United States Appeals Court Analyzes Role of Seller in Maryland Product Liability Action

If you have been injured by a defective product, you may have legal recourse.  In Maryland, sellers and manufacturers may be held liable for putting a defective product into the hands of a consumer.  A Maryland products liability action may be brought under theories of negligence, breach of warranty, or strict liability.  In a recent opinion, the U.S. Court of Appeals considered whether Amazon could be held liable under Maryland law for damage caused by a defective product sold on its website.

The consumer in the case had purchased an LED headlamp on Amazon’s website as a gift to his friends.  The headlamp’s batteries apparently malfunctioned, igniting the friends’ house and causing over $300,000 in damages.  The company that insured the house brought a subrogation action against Amazon, alleging products liability claims under Maryland law.

In Maryland, a products liability action arising from breach of warranty, negligence, or strict liability may be brought against the seller of a defective product.  A “seller” includes a manufacturer, distributor, dealer, wholesaler, other middleman, or the retailer.  The plaintiff must show three elements in a Maryland products liability action: (1) a defect; (2) attribution of the defect to the seller; and (3) a causal relationship between the defect and the injury to the plaintiff.  The defect must be shown to exist at the time the product left the seller (whether manufacturer, distributor, or retailer), or at the time the sale was made.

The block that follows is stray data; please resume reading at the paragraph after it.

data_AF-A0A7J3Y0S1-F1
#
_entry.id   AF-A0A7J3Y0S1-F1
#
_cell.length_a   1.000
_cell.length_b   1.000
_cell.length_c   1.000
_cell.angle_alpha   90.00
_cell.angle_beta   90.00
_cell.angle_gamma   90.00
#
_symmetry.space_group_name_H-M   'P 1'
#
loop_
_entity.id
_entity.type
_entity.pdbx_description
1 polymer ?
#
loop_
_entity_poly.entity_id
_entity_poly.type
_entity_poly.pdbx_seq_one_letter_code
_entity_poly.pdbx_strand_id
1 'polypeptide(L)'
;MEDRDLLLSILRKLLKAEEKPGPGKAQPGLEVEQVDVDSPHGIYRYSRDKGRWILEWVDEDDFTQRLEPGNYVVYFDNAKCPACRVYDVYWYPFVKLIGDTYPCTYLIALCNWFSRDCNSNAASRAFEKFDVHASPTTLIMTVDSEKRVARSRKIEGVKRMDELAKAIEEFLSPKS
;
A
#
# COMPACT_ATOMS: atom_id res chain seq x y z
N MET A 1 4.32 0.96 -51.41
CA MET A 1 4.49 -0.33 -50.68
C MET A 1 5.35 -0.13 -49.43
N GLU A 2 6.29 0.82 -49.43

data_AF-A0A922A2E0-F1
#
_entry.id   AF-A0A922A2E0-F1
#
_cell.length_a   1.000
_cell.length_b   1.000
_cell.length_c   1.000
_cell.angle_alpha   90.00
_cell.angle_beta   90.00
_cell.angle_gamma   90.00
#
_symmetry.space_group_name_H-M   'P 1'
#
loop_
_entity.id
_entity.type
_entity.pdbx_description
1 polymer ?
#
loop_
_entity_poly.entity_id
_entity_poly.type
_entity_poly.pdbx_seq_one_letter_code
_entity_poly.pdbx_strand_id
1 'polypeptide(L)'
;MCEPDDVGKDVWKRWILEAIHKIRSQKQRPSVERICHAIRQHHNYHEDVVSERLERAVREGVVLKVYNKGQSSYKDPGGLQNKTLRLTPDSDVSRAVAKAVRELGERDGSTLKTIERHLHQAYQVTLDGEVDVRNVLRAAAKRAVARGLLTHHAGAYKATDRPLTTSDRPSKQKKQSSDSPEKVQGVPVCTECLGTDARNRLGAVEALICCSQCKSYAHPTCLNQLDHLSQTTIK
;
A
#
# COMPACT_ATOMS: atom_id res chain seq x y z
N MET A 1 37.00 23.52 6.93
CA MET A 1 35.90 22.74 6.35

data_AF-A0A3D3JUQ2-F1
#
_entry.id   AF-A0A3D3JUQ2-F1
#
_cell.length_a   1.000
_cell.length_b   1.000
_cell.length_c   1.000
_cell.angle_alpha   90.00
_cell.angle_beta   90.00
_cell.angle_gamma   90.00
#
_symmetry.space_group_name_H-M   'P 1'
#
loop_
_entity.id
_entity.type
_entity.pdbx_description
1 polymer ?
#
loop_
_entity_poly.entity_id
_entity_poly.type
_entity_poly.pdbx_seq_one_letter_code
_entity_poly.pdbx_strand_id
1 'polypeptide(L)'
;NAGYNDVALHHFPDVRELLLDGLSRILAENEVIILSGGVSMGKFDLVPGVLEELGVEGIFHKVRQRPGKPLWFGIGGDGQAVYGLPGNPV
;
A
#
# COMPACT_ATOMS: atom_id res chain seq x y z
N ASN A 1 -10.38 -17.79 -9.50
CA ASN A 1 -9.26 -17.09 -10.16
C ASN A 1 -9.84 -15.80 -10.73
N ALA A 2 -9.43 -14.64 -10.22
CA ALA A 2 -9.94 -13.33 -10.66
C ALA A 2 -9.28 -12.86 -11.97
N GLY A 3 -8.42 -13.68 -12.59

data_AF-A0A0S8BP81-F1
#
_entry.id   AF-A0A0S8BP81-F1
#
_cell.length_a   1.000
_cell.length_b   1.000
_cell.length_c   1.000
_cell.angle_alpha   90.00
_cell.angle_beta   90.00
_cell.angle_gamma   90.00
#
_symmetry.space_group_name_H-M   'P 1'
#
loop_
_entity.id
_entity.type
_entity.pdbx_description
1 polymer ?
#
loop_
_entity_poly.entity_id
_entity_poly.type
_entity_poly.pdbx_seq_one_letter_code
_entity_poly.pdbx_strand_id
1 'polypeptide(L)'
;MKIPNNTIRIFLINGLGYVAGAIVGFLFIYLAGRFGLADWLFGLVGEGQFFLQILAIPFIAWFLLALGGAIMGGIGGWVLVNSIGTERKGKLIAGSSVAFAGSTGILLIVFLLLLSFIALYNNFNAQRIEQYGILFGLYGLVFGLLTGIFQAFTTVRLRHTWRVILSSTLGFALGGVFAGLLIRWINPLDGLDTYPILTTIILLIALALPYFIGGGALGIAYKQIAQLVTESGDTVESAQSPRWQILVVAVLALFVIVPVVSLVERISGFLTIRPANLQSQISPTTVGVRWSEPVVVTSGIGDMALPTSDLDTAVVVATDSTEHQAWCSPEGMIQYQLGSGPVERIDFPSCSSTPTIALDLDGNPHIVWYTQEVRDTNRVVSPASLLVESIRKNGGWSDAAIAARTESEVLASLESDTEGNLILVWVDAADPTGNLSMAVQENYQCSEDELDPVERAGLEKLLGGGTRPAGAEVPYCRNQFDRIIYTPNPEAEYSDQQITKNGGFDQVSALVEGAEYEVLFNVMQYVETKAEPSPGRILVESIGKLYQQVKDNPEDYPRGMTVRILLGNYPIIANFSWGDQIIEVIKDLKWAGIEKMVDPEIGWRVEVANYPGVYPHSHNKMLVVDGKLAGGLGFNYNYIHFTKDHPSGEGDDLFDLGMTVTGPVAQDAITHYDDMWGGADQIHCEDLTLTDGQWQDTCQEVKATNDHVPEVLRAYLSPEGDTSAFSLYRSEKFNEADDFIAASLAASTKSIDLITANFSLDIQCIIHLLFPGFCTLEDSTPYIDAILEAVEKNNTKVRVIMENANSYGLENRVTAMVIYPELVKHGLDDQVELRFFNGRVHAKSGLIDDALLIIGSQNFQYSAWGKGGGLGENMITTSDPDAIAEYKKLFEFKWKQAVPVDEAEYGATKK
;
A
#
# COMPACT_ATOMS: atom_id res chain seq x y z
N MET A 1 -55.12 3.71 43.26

The primary question in the case was whether Amazon qualified as a “seller” for purposes of a Maryland product liability action.  In considering the issue, the court reasoned that insofar as liability for a defective product in Maryland is put upon the sellers, liability is essentially imposed on the owners of the specific item, who then transfer title to the purchaser of the item for a price.  As such, manufacturers, distributors, retailers, and dealers, who own and have title to the products during the chain of distribution, are all sellers under Maryland product liability law.  Persons who do not take title to products during the course of the distribution, such as brokers, shippers, marketers, auctioneers, consignees, and others facilitating the distribution or sale of the product, are not sellers.

When applying its analysis to the instant case, the court found that Amazon provided fulfillment services, during which Amazon was in possession of the headlamps for distribution, but not receive title to them.  Rather, the third-party vendor, identified as the seller on the website, was in fact the seller of the headlamp.  Accordingly, the court held that Amazon, in this particular transaction, was not a seller and therefore did not have liability under Maryland law for the defective product sold on its website.

At Foran & Foran, P.A., our Maryland products liability attorneys have the dedication and skill to litigate complex cases on behalf of plaintiffs and negligence victims.  We can provide advice and legal representation to people who have been injured due to medical malpractice, careless drivers, negligent businesses or property owners, and other accidents.  If you are seeking legal recourse after an injury, contact Foran & Foran online or call (301) 441-2022 and request a free consultation to discuss your options.

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